Power Management Options allow the transfer switch to manage the power. If one AC unit is running, the second may have to wait for the first one to finish before it starts. If the home is using very little power when both units start, power management may allow both to start and run at the same time. The benefits of using power management include a lower initial cost for the home generator with an automatic transfer switch and reduced fuel costs any time the generator operates.
An automatic transfer switch with power management may prioritize heavy loads. The AC and well pump might have first priority while an electric water heater and dryer have a lower priority. Lower priority loads wait for higher priority loads to finish or until additional power becomes available.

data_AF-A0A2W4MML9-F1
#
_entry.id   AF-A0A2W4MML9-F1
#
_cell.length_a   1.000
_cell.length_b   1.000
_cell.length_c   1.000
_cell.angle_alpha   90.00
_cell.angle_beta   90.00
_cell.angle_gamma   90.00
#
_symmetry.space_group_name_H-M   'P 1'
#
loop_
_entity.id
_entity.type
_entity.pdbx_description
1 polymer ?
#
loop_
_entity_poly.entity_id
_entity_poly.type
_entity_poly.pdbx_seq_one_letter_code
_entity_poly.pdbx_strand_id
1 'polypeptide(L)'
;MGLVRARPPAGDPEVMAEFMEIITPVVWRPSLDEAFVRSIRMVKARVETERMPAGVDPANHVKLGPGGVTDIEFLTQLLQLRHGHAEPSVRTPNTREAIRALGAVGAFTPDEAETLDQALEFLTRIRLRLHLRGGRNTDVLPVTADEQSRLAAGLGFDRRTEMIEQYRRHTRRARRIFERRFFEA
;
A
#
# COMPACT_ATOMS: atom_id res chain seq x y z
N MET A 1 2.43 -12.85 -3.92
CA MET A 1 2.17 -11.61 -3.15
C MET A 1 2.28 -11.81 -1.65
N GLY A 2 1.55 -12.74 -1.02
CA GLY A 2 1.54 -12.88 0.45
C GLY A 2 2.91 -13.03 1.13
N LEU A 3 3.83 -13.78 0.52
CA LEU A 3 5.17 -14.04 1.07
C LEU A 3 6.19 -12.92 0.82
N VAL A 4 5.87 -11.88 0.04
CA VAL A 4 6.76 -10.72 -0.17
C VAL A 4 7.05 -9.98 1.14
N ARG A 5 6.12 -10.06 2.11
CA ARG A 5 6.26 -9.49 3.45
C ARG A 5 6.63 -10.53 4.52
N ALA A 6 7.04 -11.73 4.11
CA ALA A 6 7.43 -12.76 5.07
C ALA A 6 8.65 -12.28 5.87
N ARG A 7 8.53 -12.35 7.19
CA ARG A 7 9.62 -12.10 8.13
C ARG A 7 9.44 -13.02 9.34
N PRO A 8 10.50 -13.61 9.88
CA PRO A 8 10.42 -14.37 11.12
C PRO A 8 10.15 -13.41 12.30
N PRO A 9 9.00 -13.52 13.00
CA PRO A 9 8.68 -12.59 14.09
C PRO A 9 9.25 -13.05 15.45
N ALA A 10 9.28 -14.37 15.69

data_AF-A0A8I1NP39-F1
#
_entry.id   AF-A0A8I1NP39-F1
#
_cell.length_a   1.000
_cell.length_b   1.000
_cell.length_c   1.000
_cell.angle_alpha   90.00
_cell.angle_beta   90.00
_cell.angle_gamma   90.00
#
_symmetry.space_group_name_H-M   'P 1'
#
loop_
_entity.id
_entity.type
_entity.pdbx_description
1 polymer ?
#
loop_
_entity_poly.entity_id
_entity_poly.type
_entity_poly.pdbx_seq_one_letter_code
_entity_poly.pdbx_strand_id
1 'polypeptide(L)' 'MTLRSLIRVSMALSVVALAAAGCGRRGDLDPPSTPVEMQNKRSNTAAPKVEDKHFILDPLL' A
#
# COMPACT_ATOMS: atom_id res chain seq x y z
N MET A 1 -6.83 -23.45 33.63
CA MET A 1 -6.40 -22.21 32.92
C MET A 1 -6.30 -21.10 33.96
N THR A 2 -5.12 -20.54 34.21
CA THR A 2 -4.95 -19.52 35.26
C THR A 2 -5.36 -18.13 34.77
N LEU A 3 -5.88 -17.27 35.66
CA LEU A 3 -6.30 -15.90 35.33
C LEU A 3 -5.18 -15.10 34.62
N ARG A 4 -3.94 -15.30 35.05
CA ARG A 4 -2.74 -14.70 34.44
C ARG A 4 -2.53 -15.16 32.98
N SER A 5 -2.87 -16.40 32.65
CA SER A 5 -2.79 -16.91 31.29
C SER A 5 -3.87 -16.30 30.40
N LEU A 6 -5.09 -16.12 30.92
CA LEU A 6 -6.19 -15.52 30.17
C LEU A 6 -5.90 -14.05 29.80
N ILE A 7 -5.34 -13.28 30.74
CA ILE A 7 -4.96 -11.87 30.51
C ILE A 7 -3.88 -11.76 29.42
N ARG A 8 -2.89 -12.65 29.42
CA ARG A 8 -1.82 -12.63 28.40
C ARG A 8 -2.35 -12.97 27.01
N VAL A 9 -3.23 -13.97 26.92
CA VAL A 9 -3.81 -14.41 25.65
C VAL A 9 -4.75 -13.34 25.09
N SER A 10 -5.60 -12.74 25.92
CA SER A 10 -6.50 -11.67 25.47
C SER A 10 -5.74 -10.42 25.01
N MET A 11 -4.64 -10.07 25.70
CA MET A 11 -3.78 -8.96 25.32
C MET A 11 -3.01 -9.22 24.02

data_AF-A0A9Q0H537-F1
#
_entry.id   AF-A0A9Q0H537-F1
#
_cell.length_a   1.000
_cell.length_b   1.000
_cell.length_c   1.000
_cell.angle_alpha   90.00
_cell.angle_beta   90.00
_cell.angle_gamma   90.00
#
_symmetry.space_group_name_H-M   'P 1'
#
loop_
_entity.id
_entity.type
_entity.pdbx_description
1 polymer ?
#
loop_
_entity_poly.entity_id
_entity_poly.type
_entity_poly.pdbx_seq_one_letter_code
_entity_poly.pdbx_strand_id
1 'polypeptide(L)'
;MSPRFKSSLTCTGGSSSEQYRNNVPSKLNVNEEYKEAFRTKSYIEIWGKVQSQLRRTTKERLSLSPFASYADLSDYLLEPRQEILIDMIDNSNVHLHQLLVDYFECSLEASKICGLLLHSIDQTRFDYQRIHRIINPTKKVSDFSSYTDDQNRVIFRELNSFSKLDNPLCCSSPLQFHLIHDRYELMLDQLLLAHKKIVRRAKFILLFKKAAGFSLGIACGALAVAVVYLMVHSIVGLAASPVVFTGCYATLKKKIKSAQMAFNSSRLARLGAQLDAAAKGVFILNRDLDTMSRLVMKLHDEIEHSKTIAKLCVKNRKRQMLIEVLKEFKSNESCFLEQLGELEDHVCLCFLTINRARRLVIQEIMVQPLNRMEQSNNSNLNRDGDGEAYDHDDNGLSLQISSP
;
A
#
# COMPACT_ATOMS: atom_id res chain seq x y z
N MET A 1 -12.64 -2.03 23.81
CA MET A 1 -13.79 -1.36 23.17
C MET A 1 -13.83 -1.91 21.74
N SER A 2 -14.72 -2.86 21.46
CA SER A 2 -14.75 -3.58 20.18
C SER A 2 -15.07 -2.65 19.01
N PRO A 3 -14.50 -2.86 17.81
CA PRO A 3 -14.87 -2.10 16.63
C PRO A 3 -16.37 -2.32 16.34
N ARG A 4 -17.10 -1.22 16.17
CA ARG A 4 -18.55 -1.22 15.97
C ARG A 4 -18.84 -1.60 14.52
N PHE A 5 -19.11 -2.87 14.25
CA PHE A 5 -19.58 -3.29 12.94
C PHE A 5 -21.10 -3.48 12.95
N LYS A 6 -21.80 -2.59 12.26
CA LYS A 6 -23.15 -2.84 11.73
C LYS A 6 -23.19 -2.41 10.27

Some high-voltage loads operate via a low-voltage contactor such as a thermostat for a furnace and air conditioner. The thermostat turns the furnace and air conditioner on and off by opening and closing low-voltage relays that control the high-voltage current. Many whole-home switches with power management capability include the means to operate these loads.
Other high-voltage loads such as hot water heaters and dryers simply switch on and off. They require a different strategy for managing power use. A relay module, sometimes called a Power Management Module, is controlled by the automatic transfer switch to turn the power on and off to the appliance.